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The droplet formed at the bottom of the clump of snow still tenuously attached to the leaves of the bush Captain Wilhelm Finck of the USE Marines 1st Reconnaissance Company was hiding under. Slowly it grew, until it reached critical size and fell.
Wilhelm flinched as the near-freezing drop of water landed on his neck and started its journey down his back. He glanced at his wristwatch. Sunrise wasn't that far off. "Come on," he muttered.
"What was that, Captain?" Sergeant Christoph Fels asked from the nearby bush he was hiding under.
"Nothing," Wilhelm muttered. "I'm just getting impatient."
"Fabricius and Dinckeler were the right choice, Captain," Christoph said in a reassuring voice.
Wilhelm had to agree with that. Lance Corporals Johann Fabricius and Albrecht Dinckeler were the two best men he had when it came to skulking in the shadows. "I'm worried about what they might do," he said. "I should have sent you or Corporal Müller to supervise them."
"We agreed that any more than two men would significantly increase the risk of discovery, Captain."
Wilhelm sighed. "But maybe those two shouldn't have been Fabricius and Dinckeler, Sergeant."
That was a truth so evident that Sergeant Fels didn't bother replying.
Moments later they heard faint rustling that didn't fit with the gentle breeze they could feel. Wilhelm gripped the lead-pellet filled flat sap he was holding tightly and prepared to use it.
"Captain?" Johann Fabricius called in a loud whisper.
Wilhelm relaxed. "Over here," he called.
"Mission accomplished," Albrecht "Al" Dinckeler said.
"Did anyone spot you?" Christoph asked.
"Not even a dog, Sarge," Johann said.
"Good." It was good because it meant Dinckeler and Fabricius hadn't needed to use their saps on anyone. He'd been prepared to accept the consequences if they'd done so, but it was much better that they'd managed to get in and out without being discovered. "Let's rejoin Böhm and Müller and get out of here before anyone notices what you've done," Wilhelm said.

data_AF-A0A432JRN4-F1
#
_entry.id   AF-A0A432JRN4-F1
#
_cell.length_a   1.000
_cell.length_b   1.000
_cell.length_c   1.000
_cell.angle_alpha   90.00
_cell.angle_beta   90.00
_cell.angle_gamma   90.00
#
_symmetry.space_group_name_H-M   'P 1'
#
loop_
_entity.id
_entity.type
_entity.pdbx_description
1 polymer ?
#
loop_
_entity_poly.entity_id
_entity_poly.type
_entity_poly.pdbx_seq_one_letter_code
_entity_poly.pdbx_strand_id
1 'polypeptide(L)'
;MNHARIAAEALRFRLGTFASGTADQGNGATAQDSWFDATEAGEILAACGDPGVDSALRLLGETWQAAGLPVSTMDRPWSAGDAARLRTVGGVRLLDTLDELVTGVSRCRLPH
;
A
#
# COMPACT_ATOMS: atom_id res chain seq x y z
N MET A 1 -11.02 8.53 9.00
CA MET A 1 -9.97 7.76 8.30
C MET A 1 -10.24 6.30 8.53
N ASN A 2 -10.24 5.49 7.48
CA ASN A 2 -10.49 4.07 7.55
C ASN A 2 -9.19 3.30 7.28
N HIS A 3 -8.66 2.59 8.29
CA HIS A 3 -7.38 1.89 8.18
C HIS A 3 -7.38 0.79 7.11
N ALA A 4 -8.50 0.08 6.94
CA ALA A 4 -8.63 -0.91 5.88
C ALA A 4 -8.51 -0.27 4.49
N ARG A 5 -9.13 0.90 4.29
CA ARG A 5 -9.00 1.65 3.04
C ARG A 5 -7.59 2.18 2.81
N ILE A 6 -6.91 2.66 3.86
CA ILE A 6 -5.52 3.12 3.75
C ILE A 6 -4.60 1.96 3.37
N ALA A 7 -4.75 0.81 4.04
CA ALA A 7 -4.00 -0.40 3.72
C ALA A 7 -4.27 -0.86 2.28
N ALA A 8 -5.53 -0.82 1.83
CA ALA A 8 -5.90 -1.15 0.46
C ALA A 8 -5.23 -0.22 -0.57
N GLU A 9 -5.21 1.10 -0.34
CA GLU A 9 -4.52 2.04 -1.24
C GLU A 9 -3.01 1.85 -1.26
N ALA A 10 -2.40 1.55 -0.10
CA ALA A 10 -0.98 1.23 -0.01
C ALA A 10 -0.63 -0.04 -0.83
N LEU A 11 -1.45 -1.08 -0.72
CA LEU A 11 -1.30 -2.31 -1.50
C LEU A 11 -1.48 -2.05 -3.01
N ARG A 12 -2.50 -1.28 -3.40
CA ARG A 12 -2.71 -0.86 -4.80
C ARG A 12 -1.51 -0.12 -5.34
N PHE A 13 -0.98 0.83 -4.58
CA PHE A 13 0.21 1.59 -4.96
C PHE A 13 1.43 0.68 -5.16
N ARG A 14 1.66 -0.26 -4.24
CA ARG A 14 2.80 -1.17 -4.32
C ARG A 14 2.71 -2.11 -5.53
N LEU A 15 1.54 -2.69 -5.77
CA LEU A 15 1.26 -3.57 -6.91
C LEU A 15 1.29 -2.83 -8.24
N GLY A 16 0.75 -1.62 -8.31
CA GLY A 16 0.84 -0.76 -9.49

It took nearly half an hour to stealthily make their way to the Schrote where Corporals Stephan Böhm and Nikolaus "Nik" Müller were waiting with the canoes they'd used to insert themselves via the narrow and shallow waterway. The creek had been a tight fit for the two-man canoes, but that was good. Surely no one would think to check such a small waterway for escaping intruders. Once back with the canoes it took them less than twenty minutes to make their way down the Schrote to the River Elbe, where Sergeant Melchior Dietrich was waiting for them with a motor boat.
A couple of days later, USE Marine Corps HQ, Magdeburg
Wilhelm stepped into Colonel Friedrich von Brockenholz' office and saluted. "Captain Finck reporting, sir."
"Take a seat, Captain," Friedrich said, gesturing towards a group of chairs.
Wilhelm removed his cap, selected a chair, and brought it closer to Colonel Brockenholz' desk before sitting down. "You wanted to see me, Sir."
Friedrich nodded. He rifled through some papers on his desk; selected one, and slid it across to Wilhelm. "A couple of nights ago a person or persons unknown sneaked into the Army camp to the northwest of Magdeburg and painted that symbol on the commander's house. Colonel Joachim Bassewitz is most upset." He looked pointedly at Wilhelm. "Would you happen to know anything about it?"
Wilhelm glanced at the paper. He looked up. "A Volvo symbol?" he suggested, referring to the grill symbol he'd seen on a couple of up-time automobiles.
Friedrich rolled his eyes. "There is no need to be facetious, Captain."
"The symbol for iron?"
Friedrich shook his head. "Try again."